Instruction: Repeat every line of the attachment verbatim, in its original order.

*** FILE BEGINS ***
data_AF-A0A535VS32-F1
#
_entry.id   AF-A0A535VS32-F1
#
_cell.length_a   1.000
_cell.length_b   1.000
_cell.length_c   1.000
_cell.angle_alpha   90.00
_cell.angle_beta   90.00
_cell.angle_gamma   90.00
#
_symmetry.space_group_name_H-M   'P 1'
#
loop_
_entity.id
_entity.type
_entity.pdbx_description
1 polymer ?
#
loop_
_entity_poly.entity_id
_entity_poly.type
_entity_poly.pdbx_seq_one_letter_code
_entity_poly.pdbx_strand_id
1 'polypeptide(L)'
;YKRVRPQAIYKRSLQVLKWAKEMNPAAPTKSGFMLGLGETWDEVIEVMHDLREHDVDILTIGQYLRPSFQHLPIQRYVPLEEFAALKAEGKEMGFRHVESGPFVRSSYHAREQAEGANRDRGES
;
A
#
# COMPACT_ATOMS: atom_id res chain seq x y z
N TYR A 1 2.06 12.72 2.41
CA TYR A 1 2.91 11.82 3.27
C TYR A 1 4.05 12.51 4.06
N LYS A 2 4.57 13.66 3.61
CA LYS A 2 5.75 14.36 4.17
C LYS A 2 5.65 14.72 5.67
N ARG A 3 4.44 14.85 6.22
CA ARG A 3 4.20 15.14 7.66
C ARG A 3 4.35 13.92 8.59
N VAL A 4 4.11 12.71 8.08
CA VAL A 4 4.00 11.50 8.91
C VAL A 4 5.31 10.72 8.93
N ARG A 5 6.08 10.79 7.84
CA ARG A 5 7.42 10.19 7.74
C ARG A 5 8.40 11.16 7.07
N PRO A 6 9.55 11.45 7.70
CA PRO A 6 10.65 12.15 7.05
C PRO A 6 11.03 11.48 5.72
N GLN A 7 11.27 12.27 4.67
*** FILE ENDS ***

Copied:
data_AF-A0A535VS32-F1
#
_entry.id   AF-A0A535VS32-F1
#
_cell.length_a   1.000
_cell.length_b   1.000
_cell.length_c   1.000
_cell.angle_alpha   90.00
_cell.angle_beta   90.00
_cell.angle_gamma   90.00
#
_symmetry.space_group_name_H-M   'P 1'
#
loop_
_entity.id
_entity.type
_entity.pdbx_description
1 polymer ?
#
loop_
_entity_poly.entity_id
_entity_poly.type
_entity_poly.pdbx_seq_one_letter_code
_entity_poly.pdbx_strand_id
1 'polypeptide(L)'
;YKRVRPQAIYKRSLQVLKWAKEMNPAAPTKSGFMLGLGETWDEVIEVMHDLREHDVDILTIGQYLRPSFQHLPIQRYVPLEEFAALKAEGKEMGFRHVESGPFVRSSYHAREQAEGANRDRGES
;
A
#
# COMPACT_ATOMS: atom_id res chain seq x y z
N TYR A 1 2.06 12.72 2.41
CA TYR A 1 2.91 11.82 3.27
C TYR A 1 4.05 12.51 4.06
N LYS A 2 4.57 13.66 3.61
CA LYS A 2 5.75 14.36 4.17
C LYS A 2 5.65 14.72 5.67
N ARG A 3 4.44 14.85 6.22
CA ARG A 3 4.20 15.14 7.66
C ARG A 3 4.35 13.92 8.59
N VAL A 4 4.11 12.71 8.08
CA VAL A 4 4.00 11.50 8.91
C VAL A 4 5.31 10.72 8.93
N ARG A 5 6.08 10.79 7.84
CA ARG A 5 7.42 10.19 7.74
C ARG A 5 8.40 11.16 7.07
N PRO A 6 9.55 11.45 7.70
CA PRO A 6 10.65 12.15 7.05
C PRO A 6 11.03 11.48 5.72
N GLN A 7 11.27 12.27 4.67